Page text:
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Wife'S Earnings, Child Nutrition, And Gender-Based Violence In Egypt

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  • JOHN SIMISTER

    ()
    (Management Department, Birkbeck College, Malet Street, London WC1E 7HX, UK)

  • HASSAN ZAKY

    ()
    (Department of Statistics, Faculty of Economics and Political Science, Cairo University, 113 Kasr El Aini St., P.O. Box 2511, Cairo, 11511, Egypt; Social Research Center, The American University in Cairo, 113 Kasr El Aini St., P.O. Box 2511, Cairo, 11511, Egypt)

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    Abstract

    This paper investigates the "children fare better" view, that children tend to be better fed if their mother has control over household decisions, using three household surveys in Egypt. It suggests an approach which might improve current economic analysis of household spending, by incorporating "Gender-Based Violence": there appears to be a link between undernutrition of household members, and violence against mothers (violent men often misspend a large fraction of household income on themselves). Child welfare improves dramatically if the child's mother earns enough for food. Unfortunately, few mothers in Egypt are employed, putting many children at risk. Agencies such as the Egyptian government could protect children, by paying child benefit to mothers or encouraging female employment.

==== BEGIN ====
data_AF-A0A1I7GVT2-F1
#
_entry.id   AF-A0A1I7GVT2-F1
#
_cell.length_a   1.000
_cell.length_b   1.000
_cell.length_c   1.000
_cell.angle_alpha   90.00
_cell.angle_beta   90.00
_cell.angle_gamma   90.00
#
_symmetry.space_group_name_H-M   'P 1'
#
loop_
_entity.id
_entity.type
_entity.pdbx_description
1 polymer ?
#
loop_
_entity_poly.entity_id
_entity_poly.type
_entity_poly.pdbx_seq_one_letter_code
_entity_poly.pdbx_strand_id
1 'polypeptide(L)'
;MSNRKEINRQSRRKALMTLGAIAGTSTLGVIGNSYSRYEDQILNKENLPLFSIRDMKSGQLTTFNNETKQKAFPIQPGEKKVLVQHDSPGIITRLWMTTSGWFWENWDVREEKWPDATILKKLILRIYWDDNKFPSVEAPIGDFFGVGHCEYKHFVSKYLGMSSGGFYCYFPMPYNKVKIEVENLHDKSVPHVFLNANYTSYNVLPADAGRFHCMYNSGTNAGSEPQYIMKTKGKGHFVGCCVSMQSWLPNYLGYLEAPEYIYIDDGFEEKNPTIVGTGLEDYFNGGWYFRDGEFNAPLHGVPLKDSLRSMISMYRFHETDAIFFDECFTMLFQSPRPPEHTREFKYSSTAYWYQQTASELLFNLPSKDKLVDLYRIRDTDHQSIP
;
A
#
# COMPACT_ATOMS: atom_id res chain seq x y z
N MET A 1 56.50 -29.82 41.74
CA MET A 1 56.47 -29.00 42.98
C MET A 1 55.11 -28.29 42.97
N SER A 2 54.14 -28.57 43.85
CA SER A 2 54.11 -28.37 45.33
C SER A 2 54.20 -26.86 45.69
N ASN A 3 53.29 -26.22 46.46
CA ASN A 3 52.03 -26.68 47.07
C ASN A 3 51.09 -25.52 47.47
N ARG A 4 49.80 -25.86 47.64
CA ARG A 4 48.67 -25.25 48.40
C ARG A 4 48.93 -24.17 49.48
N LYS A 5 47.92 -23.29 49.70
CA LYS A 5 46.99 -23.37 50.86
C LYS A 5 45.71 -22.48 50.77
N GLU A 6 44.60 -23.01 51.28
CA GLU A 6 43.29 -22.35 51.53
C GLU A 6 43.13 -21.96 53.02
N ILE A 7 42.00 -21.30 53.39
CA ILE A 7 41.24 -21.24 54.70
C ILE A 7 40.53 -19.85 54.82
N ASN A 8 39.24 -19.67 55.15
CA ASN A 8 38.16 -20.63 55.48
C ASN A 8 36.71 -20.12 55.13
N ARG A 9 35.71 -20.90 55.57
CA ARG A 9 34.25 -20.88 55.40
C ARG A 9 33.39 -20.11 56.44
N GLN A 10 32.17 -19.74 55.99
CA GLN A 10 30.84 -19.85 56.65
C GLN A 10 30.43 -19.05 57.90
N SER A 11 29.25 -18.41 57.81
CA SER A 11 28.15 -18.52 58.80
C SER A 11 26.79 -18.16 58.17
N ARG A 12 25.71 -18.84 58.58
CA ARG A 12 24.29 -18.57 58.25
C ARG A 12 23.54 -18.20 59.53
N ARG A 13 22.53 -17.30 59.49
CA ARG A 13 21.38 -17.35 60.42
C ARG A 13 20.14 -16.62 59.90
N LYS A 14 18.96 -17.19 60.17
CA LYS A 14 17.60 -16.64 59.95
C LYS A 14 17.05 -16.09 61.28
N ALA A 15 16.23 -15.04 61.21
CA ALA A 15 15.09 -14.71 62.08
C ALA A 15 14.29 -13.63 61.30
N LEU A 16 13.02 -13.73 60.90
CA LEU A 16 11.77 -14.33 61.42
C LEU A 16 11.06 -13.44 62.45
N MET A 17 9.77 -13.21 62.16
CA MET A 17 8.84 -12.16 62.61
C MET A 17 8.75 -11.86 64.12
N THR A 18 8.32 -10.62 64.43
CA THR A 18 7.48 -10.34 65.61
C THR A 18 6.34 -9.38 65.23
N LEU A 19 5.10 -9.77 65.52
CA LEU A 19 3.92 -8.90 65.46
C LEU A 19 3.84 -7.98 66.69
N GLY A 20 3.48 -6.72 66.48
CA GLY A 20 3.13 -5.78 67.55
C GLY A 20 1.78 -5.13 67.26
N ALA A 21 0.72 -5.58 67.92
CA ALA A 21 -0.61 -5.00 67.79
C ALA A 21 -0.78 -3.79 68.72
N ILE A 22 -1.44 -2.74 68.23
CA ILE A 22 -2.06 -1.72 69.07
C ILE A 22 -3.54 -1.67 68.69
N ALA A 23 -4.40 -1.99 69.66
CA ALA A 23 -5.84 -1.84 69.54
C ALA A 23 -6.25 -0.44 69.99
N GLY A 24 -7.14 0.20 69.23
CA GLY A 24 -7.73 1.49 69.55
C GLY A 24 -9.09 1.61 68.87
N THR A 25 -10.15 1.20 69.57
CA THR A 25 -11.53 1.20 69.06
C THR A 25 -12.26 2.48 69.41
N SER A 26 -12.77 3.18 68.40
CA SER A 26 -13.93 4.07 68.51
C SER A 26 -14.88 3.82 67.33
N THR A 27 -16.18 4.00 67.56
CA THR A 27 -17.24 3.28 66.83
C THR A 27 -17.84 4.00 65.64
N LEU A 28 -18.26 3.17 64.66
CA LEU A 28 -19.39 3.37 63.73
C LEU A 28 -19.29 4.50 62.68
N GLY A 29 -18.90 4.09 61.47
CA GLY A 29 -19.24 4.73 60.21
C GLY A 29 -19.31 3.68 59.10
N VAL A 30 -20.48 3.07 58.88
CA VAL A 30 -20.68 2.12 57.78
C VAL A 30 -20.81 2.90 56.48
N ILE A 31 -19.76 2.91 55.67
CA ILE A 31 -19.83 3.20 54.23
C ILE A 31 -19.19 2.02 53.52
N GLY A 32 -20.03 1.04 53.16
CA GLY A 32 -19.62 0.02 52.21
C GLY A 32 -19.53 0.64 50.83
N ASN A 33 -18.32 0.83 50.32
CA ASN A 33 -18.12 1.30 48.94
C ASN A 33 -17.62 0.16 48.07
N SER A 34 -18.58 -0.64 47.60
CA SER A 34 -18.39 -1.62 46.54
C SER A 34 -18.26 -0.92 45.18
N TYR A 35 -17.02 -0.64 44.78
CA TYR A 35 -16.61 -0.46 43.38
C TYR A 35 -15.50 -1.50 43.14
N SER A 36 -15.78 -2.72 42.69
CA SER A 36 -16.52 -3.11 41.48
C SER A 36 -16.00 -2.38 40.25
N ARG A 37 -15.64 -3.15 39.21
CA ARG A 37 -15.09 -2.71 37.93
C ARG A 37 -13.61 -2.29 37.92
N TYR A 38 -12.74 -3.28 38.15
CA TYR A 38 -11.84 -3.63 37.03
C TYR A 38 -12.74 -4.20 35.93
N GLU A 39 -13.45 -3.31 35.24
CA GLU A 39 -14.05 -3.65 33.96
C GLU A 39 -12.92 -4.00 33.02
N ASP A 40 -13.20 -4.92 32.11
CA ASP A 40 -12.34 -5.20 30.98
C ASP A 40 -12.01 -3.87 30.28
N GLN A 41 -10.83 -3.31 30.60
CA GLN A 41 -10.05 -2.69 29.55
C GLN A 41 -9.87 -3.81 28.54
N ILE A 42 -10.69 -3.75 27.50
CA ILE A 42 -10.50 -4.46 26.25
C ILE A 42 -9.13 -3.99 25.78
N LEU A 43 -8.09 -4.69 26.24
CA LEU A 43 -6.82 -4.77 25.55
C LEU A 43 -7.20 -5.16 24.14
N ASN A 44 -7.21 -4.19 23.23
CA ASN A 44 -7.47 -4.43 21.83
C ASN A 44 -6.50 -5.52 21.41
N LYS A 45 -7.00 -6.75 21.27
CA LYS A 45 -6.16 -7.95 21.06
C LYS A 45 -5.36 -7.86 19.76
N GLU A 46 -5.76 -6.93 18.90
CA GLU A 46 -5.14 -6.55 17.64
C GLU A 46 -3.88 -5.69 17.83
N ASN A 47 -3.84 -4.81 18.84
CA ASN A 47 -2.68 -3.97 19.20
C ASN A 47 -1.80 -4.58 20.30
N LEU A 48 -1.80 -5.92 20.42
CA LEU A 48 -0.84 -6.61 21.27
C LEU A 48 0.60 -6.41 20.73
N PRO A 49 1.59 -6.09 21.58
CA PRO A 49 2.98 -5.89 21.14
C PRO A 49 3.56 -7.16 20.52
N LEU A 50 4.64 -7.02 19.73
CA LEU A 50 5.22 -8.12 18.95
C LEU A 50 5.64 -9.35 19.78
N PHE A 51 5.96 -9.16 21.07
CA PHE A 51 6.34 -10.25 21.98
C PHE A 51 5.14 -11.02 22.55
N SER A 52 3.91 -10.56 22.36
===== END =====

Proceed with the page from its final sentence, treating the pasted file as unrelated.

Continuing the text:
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    Bibliographic Info

    Article provided by World Scientific Publishing Co. Pte. Ltd. in its journal Middle East Development Journal.

    Volume (Year): 01 (2009)
    Issue (Month): 02 ()
    Pages: 209-226

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    Handle: RePEc:wsi:medjxx:v:01:y:2009:i:02:p:209-226

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    Keywords: Gender-based violence; wife's earnings; nutrition; Egypt;

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